TV

Ellen DeGeneres fights back tears as ‘toxic’ talk show comes to an end

Daytime host Ellen DeGeneres broke down in tears as she opened her talk show for the very last episode on Thursday.

Ellen, 64, was clearly overwhelmed as she walked through the NBC studio for her final dance with Stephen "tWitch" Boss on the popular programme.

After nineteen years, nineteen seasons and over three thousand episodes, the Ellen DeGeneres show came to an end.

For over twenty years, Ellen has interviewed an array of talented guests and sat down to chat to a number of Hollywood icons.

On Thursday (May 26), the daytime show opened with a look back at Ellen making her entrance into the studio from years prior, before she walked out into the studio for the finale.

But as Ellen hit the main stage for the last time, she tried to fight back the tears in front of a cheering studio audience.

As her voice began to tremble she said: "This show has forever changed my life. It is the greatest experience I have ever had."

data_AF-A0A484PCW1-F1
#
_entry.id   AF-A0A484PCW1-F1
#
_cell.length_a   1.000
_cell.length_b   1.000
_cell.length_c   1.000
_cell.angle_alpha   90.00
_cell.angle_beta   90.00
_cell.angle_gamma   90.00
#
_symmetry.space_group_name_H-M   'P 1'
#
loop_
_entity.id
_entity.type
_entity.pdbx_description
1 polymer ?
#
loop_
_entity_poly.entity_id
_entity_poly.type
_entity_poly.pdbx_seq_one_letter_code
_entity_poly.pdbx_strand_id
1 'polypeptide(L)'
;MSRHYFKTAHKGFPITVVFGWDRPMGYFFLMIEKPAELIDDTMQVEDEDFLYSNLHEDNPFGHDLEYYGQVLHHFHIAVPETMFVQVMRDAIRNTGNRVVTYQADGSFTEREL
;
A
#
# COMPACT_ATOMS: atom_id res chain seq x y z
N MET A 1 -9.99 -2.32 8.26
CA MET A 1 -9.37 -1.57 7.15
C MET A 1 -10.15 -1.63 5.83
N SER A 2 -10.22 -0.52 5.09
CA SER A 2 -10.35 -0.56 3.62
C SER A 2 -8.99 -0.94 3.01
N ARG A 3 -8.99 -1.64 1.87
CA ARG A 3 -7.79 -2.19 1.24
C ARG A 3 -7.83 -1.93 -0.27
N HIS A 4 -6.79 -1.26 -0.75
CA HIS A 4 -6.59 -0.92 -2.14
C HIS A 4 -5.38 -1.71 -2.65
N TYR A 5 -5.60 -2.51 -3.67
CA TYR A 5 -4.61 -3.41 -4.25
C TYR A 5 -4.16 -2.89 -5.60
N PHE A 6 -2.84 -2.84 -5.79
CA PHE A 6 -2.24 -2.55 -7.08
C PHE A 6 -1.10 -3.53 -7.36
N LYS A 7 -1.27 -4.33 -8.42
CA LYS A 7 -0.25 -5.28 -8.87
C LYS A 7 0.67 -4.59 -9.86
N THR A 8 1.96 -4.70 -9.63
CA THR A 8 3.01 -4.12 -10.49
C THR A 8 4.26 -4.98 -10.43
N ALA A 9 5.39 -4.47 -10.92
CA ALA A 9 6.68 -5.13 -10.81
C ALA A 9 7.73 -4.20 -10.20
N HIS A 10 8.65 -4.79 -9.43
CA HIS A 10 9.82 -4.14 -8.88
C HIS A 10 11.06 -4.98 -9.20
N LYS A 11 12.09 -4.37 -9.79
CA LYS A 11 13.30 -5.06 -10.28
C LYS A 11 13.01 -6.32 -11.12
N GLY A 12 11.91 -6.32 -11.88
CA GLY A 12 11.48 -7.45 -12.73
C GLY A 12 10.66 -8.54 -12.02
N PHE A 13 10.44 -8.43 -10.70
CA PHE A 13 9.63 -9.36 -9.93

Calling Stephen to the stage, she said: "So, tWitch, one last time. Dance with me."

Ellen's final show went out with a bang and had appearances from Jennifer Aniston, Billie Eilish, and P!nk.

Jennifer's inclusion made for the perfect tribute after the Friends actress was the very first guest she had on the show when it launched in 2003.

Jennifer's appearance marks the 20th time she has come onto the show.

Back in 2020, Ellen's programme received backlash from staff when accusations of a toxic workplace environment on the set emerged and Ellen herself was allegedly at the centre of some complaints regarding her "mean" behaviour.

A number of former employees complained about bullying and said Ellen was also a catalyst in the bullying culture according to a report from BuzzFeed.

The findings from the report also suggested that there were "some flaws in the show’s daily management" and in September 2020, Ellen was forced to apologise.

Speaking about the allegations during the show's 18th season, Ellen previously said: "I know that I’m in a position of privilege and power, and I realise that with that comes responsibility, and I take responsibility for what happens at my show."

"The truth is I am that person that you see on TV. I am also a lot of other things. I get sad. I get mad. I get anxious. I get frustrated. I get impatient. And I am working on all of that."

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